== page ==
If rapport were that powerful as a healer, what would we expect to see? That those who have the best relationships, are, as a group, healthier than the rest of the population. And yes, that is exactly what we see. Good rapport and quality relationships seem to have both healing and health-protective properties. 

The power of ritual

The act of taking a medication or following a specific regimen, can trigger positive expectations of its efficacy, and thus enhance the power of the placebo effect. 

When we look at the most effective placebos, they seem to involve the patient having to follow a ritual prescribed by the healer. It may be that compliance with the ritual strengthens the belief that the healing will work. Ritual compliance may also build faith in the healer, by way of cognitive dissonance. Belief in the healer and the therapy ritual seem to trigger the body to self-healing. 

The solace of sacrifice

In a study of placebos, it seems that the more a person has to sacrifice or endure to get access to the treatment, the more effective the placebo effect is.

Again, the phenomenon at work seems to be akin to cognitive dissonance. Perhaps the patient’s thinking is something along the lines of: “If I am prepared to put up with this, it must be worth it.” Being willing to tolerate or sacrifice seems to strengthen the belief in the healer and healing “treatment.”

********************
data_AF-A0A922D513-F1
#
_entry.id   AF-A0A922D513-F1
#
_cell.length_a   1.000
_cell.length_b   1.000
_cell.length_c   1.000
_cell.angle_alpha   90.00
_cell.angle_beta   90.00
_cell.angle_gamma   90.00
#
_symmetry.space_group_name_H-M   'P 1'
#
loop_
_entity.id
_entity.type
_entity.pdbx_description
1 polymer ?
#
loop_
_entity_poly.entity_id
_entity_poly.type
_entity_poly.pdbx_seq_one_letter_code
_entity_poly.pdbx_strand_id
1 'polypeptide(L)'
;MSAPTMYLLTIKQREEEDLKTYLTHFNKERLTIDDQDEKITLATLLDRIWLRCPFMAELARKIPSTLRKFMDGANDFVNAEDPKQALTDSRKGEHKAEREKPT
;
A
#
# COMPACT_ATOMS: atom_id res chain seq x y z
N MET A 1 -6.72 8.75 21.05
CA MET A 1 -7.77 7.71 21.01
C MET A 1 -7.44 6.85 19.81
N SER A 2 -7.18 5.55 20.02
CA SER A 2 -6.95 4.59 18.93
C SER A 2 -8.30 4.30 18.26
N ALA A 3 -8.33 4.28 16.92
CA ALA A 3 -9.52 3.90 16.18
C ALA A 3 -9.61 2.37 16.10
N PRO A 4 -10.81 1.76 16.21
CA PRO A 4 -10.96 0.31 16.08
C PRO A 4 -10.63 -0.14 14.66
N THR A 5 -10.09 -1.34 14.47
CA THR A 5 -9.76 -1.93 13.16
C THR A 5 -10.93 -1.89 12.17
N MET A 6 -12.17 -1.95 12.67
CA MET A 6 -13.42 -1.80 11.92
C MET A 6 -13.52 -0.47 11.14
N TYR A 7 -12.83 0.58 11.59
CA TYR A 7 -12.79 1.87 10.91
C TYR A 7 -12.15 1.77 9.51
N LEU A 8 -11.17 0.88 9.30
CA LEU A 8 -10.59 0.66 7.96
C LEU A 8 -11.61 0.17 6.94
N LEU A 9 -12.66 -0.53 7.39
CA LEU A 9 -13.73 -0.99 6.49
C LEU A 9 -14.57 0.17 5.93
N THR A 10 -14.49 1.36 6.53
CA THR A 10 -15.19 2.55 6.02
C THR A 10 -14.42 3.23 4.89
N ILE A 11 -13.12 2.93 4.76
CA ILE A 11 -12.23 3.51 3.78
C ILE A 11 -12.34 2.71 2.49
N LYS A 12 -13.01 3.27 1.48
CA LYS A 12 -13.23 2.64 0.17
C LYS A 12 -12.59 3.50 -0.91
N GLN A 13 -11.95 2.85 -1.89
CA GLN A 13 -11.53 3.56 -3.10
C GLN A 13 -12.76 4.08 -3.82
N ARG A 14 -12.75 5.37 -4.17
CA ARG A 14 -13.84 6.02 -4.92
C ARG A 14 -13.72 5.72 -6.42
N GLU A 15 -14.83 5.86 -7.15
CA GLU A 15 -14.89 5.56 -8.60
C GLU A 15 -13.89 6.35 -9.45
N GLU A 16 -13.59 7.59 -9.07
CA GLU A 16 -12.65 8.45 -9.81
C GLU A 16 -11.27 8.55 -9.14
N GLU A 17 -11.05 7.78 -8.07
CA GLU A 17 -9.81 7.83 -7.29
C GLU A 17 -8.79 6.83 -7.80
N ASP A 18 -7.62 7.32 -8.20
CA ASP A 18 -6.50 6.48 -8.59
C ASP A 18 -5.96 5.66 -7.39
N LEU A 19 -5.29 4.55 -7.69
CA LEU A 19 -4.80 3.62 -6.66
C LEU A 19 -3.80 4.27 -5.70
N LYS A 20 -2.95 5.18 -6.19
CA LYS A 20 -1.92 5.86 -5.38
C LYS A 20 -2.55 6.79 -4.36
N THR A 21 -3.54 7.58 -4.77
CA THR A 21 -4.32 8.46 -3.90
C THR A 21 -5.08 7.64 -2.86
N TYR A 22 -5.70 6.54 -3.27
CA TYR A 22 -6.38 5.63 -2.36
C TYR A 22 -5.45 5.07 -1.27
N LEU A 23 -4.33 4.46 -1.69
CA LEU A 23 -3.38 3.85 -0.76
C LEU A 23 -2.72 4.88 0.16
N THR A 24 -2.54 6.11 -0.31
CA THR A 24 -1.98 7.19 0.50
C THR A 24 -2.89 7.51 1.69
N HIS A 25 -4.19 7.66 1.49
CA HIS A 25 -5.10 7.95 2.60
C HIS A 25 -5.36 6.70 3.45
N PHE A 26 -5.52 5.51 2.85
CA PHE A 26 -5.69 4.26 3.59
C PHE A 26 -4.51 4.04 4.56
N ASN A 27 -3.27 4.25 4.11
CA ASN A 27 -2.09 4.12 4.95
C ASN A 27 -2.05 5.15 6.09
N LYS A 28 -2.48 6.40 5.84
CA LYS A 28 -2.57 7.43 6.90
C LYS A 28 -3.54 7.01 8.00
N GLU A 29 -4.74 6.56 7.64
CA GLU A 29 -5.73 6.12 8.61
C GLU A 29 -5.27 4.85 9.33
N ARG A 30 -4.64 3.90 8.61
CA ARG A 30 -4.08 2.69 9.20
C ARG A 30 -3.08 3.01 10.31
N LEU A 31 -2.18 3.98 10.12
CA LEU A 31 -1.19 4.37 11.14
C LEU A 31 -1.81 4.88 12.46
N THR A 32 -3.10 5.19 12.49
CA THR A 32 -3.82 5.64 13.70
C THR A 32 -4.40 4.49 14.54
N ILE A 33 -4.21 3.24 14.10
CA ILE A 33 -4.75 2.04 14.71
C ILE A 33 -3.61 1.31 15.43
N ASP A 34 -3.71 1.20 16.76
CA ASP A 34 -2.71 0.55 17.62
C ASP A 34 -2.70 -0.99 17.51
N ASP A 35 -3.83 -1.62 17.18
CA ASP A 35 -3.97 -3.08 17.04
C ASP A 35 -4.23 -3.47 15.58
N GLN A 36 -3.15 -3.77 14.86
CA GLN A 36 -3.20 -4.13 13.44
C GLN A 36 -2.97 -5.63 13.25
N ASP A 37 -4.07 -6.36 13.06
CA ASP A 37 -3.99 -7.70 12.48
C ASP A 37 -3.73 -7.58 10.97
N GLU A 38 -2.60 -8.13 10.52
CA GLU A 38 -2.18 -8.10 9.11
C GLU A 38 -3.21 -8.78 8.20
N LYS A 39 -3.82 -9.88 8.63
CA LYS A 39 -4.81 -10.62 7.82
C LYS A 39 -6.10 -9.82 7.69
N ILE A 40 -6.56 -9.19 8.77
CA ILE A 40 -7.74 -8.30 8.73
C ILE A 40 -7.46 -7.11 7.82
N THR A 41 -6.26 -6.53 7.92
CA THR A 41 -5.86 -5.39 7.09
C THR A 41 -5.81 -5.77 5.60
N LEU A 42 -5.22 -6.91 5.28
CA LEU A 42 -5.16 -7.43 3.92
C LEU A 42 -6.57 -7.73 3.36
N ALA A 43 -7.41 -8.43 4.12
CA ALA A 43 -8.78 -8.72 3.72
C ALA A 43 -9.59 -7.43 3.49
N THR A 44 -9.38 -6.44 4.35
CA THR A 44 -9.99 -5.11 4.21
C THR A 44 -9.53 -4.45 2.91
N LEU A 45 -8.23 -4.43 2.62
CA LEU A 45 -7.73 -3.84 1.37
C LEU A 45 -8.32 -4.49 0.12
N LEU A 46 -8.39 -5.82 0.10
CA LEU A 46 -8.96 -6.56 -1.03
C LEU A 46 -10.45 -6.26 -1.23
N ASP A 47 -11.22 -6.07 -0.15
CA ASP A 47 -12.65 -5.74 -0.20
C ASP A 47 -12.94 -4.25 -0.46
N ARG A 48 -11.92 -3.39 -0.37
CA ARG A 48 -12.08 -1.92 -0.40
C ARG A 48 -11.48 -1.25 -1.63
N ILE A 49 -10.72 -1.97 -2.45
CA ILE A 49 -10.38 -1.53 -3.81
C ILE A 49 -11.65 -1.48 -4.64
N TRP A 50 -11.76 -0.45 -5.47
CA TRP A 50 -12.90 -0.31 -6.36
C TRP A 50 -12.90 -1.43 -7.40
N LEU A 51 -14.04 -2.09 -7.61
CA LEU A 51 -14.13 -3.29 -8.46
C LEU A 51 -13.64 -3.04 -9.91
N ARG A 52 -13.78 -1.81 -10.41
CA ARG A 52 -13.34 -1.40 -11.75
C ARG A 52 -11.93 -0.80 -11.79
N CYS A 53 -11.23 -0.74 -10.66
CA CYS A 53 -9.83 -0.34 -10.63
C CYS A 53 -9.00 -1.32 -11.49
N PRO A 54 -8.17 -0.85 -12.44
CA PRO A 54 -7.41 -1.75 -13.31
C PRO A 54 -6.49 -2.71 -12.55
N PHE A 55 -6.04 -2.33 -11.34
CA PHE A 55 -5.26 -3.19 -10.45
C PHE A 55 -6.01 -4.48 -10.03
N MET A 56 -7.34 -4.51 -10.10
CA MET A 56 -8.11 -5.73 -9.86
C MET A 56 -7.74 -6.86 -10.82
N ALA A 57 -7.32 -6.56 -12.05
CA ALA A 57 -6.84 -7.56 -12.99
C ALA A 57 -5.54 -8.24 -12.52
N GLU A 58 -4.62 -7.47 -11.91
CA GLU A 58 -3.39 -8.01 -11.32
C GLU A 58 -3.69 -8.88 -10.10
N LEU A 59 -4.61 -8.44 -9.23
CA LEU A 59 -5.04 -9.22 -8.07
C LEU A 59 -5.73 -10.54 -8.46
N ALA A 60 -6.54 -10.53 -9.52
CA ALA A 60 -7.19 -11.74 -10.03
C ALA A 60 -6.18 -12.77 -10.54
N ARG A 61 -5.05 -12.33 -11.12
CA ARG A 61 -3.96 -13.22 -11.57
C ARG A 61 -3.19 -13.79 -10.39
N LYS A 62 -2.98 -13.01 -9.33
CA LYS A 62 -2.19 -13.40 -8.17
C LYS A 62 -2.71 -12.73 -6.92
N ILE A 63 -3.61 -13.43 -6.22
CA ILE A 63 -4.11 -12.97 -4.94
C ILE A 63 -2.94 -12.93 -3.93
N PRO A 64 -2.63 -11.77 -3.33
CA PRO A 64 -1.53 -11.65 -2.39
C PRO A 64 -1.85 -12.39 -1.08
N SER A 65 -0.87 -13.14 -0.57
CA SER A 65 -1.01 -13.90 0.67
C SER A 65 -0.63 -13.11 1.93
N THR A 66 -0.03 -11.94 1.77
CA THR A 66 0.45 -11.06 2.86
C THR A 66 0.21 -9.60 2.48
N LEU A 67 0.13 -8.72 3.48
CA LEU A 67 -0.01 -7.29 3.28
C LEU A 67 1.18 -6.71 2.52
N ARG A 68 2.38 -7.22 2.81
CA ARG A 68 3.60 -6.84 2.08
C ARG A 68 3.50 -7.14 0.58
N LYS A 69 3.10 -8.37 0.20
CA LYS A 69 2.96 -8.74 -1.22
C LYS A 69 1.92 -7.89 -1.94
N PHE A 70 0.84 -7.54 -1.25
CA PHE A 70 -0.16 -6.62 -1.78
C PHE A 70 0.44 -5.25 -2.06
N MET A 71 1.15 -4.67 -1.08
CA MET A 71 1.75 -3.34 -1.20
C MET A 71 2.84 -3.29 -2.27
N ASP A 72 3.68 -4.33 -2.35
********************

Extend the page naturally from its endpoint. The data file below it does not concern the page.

Condition-Specific Factors: For conditions like pain, depression, or anxiety, where the mind plays a significant role, the placebo effect can be particularly powerful. It seems reasonable think that the more a health problem has a perception component, the more it can benefit from perception-based treatments (aka, placebos).

Harnessing the placebo effect

Now that you have an overview of what is behind the placebo effect, here’s how you can use it to boost your well-being.

  • Positive affirmations. Repeatedly making positive statements about your health and ability to improve can create powerful expectations, promoting healing. Here is one: Every day and in every way, I am healthier and healthier.
  • Visualisation techniques. Mentally picture yourself being healthy. Put yourself in the emotional state that you will experience when you reach your health goals.